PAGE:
A Prophet, or Un Prophete, is an unconventional French film that combines prison drama with the Goodfellas-styled narrative of the rise to criminal power. Shot by the inimitable French director Jacques Audiard, A Prophet is a future classic from the get-go, taking age-old cliches and turning them on their heads. It's not often that a film leaves us giddy with enthusiasm and constantly thinking back to it, but A Prophet is so intense, you won't be able to let it go. Incredible acting, especially by then-newcomer Tahar Rahim, fantastic pacing, a great narrative arc with a brutal and uncompromising take on morality, self-realization, and life on the fringes of society. There are only two, quote unquote, action sequences in this movie and they are as brutal and realistic as they are unexpected. Look past the subtitles, do yourself a favor and watch this film.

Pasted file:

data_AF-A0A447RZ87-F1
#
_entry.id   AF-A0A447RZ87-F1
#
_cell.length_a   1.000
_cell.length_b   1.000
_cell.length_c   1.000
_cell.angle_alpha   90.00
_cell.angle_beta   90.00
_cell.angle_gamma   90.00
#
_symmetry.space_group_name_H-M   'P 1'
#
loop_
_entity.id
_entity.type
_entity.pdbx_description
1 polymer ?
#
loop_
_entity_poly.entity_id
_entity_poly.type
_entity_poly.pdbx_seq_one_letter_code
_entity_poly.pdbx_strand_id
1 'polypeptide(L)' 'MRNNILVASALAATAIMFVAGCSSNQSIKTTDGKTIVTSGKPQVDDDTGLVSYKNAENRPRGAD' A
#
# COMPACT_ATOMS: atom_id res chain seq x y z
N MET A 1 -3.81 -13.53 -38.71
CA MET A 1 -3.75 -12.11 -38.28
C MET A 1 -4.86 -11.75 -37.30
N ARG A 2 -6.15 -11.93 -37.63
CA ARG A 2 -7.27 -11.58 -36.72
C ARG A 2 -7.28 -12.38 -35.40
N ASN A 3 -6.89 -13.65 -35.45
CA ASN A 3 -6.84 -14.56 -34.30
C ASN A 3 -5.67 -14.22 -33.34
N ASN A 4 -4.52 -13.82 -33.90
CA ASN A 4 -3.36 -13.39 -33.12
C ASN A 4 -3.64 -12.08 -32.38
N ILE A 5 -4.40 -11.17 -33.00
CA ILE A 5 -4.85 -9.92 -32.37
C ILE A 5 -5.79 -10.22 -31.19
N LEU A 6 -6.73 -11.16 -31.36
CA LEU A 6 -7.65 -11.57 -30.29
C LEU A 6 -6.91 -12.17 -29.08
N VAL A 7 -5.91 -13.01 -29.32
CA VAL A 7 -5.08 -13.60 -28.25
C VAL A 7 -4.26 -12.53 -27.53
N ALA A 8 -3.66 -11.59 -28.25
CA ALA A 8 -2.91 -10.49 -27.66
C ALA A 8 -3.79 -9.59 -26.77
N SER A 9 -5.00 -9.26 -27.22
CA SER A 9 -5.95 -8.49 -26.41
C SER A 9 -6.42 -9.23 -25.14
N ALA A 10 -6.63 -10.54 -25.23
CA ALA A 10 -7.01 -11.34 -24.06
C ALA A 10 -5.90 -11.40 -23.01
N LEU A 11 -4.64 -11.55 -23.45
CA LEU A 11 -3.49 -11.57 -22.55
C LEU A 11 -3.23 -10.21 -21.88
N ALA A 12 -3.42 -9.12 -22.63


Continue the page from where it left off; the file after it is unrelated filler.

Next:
Winner of a Camera d'Or, the debutant's prize at the Cannes Film Festival, Director Houda Benyamina's first feature film is fast-paced and full of energy. Deep in the impoverished suburbs of Paris, the infamous banlieues, it tells the story of Dounia (played by Oulaya Amamra), a mouthy teenager who is not content with what society is prepared to hand out to her. She's angry; she wants more. And so, together with her best friend Maimouna (Déborah Lukumuena), she decides to finally make some cash as a runner for a drug dealer. While there's obviously some feminism in there somewhere, that's not at the heart of what this film is about. It's about the economic reality in a world of poverty and about two friends and their desire for freedom—no matter what the cost. An exhilarating and thought-provoking debut helped along by Amamra's amazing acting.